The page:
Employing notions of reduction and negative space similar to those of the minimalist movement, Zero sought to both isolate and liberate each element of their pieces and to find a balance therein. Heinz Mack spoke of “overcoming polychromaticism” by rendering each color self-sufficient; hence, the overwhelming amount of monochrome and seemingly simplified structures, which the Zero artists manipulated in pursuit of something more complex. With only the slightest deviations in color, Zero artists found a way to trigger an infinitude of visual experiences. Using new technological means, they introduced time and motion into their pieces as had never been seen before: “The dialectics of static and dynamic elements produce virtual vibration, i.e., pure, perpetually creative movement, which cannot be found in nature. It is free of all suggestive illusion; it is directionless and therefore never finalized. Time cannot be actualized in it,”. Heinz Mack’s distinction between static and kinetic elements and the manipulation of time therein echoes an even more essential dynamism, between artwork and viewer.

Finding a sort of hyper-objectivity of color/form also means highlighting a hyper-subjectivity in the viewer, the power of the pieces relying almost entirely on the perception of the audience. Without the viewer’s eye, the visual exploitations of the Zero movement would be irrelevant, would go unnoticed, and this relationship is something that the group heavily focused on in their works. Art that stimulates the senses necessitates a simultaneous control and loss of control over the viewer and how they experience any given piece. The concrete, industrial style of the pieces does not, by any means, implicate a structured response from the viewer. Instead, the Zero artists tampered with artistic authorship, marking a shift from the subjective experience of the artist to the subjective experience of the viewer. “The heart beats without thought on our part; the mind cannot stop it”, artist Yves Klein famously said, “Digestion works without our intervention, be it emotional or intellectual. We breathe without reflection,”. The Zero artists thus activated the audience’s senses, but the experiential outcome was entirely out of their (and the viewer’s) control.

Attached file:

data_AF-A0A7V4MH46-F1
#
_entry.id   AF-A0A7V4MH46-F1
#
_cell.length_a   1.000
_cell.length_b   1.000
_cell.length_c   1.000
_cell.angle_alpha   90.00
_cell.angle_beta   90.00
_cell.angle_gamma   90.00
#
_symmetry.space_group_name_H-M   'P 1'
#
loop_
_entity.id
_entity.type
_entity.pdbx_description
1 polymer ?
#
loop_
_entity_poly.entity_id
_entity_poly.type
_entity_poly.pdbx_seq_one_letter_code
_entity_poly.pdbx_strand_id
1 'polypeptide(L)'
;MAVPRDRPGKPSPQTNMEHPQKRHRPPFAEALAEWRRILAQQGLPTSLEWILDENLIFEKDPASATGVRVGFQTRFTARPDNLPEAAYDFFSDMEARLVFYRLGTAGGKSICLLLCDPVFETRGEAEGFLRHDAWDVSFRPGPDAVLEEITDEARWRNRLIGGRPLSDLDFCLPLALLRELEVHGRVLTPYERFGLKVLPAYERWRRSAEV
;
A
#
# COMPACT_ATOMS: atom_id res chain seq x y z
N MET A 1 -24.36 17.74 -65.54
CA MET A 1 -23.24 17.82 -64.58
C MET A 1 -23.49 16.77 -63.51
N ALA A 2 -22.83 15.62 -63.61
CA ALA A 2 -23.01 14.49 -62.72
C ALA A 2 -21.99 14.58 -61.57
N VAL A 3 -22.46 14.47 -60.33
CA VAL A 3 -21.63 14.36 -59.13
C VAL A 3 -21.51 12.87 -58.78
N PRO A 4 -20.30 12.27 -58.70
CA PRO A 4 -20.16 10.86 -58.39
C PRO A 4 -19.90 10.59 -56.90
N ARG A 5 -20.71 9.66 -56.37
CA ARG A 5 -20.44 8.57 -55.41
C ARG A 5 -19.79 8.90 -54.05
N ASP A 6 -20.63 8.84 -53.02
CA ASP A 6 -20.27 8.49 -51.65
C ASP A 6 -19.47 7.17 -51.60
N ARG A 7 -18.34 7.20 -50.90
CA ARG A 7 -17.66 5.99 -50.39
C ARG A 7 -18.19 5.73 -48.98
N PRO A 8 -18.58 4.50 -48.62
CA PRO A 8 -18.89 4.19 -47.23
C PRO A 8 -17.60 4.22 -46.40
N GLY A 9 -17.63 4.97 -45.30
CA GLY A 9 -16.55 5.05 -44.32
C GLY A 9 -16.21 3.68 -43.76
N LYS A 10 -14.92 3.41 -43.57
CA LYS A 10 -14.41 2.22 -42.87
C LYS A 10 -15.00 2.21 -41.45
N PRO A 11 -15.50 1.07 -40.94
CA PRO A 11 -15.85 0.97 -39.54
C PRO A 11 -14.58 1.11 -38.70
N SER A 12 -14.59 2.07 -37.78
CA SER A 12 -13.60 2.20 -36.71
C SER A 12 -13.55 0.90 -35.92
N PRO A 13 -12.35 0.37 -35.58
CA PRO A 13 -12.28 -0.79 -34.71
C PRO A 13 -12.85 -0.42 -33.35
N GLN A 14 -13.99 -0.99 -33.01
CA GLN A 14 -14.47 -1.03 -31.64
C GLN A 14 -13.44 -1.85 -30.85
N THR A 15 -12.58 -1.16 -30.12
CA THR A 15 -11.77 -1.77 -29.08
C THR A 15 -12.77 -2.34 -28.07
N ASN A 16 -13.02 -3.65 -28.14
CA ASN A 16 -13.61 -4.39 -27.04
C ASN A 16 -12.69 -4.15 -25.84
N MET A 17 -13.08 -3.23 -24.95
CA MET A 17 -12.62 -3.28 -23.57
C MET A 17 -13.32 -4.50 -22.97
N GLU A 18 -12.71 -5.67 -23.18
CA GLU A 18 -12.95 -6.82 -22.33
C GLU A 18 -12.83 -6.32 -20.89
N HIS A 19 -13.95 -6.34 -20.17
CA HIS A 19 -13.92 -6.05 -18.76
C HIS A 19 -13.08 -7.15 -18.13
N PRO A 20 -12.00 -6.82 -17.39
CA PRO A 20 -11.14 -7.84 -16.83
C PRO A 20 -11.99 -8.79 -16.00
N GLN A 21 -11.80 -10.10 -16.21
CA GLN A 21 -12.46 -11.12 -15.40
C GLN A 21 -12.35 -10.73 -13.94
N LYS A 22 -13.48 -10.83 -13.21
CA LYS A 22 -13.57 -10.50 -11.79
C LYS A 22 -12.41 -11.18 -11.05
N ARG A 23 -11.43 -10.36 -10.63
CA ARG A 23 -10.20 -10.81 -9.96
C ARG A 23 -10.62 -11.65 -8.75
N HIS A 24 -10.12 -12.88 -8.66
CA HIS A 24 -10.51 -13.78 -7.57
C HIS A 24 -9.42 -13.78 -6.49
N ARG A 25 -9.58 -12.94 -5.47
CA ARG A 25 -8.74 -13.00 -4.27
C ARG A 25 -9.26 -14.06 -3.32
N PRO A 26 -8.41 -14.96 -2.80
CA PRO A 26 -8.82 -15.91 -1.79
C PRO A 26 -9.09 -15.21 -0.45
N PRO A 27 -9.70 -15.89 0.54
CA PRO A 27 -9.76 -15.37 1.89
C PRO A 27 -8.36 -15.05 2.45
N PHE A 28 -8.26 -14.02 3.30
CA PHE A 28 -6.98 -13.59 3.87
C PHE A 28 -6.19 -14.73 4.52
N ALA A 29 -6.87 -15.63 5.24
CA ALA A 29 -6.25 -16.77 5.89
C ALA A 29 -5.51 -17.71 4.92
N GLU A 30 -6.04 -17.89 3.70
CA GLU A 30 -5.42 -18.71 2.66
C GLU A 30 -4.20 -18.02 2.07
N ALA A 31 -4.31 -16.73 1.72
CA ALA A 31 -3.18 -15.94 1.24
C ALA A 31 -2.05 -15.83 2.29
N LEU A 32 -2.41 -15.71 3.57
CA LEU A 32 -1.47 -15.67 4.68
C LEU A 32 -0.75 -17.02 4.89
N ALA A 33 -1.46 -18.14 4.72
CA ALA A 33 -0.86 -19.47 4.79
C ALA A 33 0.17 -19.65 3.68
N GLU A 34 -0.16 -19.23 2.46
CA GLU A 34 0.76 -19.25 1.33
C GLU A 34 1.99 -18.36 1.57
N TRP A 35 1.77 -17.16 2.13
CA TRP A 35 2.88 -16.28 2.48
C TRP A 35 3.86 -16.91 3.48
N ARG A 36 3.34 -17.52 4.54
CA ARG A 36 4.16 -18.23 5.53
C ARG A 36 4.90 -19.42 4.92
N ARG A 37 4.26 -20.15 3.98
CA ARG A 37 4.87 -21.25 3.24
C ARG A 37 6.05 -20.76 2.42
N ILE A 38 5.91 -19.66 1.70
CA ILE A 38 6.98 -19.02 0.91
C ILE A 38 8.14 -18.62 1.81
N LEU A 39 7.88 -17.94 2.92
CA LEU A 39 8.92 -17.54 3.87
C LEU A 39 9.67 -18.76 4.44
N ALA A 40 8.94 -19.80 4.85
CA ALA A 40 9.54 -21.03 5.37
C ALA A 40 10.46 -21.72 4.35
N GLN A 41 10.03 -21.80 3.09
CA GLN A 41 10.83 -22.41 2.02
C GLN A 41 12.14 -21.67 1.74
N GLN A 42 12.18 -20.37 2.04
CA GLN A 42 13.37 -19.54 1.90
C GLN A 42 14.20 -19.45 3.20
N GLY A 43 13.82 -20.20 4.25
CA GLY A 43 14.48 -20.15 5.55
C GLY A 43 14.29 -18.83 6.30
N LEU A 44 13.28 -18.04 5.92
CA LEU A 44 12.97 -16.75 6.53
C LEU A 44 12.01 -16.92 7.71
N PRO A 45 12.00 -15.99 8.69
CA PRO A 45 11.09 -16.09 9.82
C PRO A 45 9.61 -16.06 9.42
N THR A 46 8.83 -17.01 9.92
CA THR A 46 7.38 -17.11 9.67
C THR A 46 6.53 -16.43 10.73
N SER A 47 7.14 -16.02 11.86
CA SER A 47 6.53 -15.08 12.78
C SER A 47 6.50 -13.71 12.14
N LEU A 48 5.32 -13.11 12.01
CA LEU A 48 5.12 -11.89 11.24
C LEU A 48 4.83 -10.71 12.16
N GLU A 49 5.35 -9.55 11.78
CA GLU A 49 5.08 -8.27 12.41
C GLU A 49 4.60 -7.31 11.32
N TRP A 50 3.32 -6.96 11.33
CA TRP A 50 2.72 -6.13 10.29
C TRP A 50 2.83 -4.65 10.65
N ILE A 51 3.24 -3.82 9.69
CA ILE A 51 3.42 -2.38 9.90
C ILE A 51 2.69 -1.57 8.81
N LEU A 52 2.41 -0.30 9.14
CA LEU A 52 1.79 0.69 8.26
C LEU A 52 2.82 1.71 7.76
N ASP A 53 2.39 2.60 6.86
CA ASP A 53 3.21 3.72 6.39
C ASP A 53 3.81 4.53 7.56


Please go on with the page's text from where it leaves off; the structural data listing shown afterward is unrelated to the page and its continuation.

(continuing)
By creating voids, zones of silence, in their pieces, the Zero group found something in nothingness. They allowed the audience to fill the empty space with their own thoughts and emotions – what Yves Klein described as the “impregnation of space with human sensitivity…For human sensitivity is omnipotent in immaterial reality”. The Zero movement gave form to human experience, not by attempting to represent it or mimic it, but by catalyzing it through the simplest of means. In a time of political tension, the Zero artists argued that the “conquest of space” could not be achieved through violence and war, but through the power of pacifism, and the retrospective at Martin-Gropius-Bau provides a nice glimpse of this ideological conflict. With just the right amount of ease and discomfort, calm and chaos, silence and noise, the exhibition is a sensory overload in the best way possible, and for those who cannot seem to appreciate the conceptual significance of the pieces, Yves Klein has this to say: “Great beauty is only a reality when it contains, intelligently mixed into it, genuine bad taste, irritating and intentional artificiality, with just a dash of dishonesty!”. The exhibition should be viewed not once, but twice, three times, even four, giving each artist the proper chance to be zeroed in on.